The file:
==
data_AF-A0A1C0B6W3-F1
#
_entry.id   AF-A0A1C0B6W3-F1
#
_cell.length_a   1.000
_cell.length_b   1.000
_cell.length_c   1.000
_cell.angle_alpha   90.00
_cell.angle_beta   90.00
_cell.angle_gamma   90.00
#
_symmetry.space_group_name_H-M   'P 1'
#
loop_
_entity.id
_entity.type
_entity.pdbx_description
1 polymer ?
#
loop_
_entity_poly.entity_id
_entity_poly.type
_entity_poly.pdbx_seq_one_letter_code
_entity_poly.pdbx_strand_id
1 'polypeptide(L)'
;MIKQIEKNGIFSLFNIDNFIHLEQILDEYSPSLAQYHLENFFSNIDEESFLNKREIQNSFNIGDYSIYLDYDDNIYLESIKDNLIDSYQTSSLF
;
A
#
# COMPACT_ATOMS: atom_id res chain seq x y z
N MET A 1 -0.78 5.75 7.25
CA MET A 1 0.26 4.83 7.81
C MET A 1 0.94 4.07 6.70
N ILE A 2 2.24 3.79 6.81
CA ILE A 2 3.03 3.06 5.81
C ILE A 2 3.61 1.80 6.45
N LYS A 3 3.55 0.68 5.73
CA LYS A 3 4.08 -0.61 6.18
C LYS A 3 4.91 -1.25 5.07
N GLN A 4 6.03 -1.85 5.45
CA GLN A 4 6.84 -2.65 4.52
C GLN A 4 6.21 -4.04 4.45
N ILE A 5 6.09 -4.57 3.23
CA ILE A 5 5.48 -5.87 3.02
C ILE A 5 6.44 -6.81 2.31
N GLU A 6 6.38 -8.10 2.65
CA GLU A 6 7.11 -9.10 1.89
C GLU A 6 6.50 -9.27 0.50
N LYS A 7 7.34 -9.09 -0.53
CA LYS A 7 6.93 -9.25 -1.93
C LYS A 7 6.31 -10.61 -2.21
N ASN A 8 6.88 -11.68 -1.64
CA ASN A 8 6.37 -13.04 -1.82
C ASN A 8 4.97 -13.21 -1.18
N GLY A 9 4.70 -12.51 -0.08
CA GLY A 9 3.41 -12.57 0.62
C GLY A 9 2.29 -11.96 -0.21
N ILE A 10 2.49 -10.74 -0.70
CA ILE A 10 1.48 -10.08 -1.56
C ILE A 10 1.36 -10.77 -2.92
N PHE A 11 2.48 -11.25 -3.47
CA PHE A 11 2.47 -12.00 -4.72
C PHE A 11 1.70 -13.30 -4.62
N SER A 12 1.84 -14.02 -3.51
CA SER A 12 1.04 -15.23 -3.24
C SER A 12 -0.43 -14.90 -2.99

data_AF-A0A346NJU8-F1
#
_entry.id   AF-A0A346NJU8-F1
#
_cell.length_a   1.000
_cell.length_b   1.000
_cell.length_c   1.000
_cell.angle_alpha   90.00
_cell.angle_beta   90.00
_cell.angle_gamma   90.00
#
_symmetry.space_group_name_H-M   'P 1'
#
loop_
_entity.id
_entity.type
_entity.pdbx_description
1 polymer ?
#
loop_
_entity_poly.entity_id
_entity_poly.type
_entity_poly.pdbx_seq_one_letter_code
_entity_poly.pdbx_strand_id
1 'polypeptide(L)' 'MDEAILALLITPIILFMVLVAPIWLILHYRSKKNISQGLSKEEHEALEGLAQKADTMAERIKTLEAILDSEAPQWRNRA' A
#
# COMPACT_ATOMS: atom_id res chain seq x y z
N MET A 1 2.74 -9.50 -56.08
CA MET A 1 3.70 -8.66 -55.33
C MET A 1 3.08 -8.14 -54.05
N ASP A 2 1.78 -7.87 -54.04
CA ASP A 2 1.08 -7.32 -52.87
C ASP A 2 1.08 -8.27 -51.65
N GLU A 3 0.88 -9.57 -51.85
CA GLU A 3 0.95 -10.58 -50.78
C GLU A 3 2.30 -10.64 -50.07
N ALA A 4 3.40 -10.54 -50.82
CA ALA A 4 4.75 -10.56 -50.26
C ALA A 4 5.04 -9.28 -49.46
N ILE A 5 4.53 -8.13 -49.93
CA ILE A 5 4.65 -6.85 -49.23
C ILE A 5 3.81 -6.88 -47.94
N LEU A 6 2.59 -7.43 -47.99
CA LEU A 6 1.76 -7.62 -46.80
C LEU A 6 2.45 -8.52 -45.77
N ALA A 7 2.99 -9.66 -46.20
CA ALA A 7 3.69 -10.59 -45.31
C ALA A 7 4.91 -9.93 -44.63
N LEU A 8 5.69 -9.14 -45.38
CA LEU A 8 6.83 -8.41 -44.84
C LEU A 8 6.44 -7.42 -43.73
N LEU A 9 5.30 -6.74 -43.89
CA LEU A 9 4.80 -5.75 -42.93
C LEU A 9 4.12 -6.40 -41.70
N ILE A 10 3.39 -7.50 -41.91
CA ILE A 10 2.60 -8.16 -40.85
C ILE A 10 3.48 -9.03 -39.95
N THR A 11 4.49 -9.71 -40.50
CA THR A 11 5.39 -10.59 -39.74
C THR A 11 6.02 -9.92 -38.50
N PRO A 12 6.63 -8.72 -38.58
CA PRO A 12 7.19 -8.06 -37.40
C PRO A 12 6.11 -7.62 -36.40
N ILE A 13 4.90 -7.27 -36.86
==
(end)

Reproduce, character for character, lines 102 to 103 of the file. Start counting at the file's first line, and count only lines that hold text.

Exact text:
C GLU A 3 2.30 -10.64 -50.07
N ALA A 4 3.40 -10.54 -50.82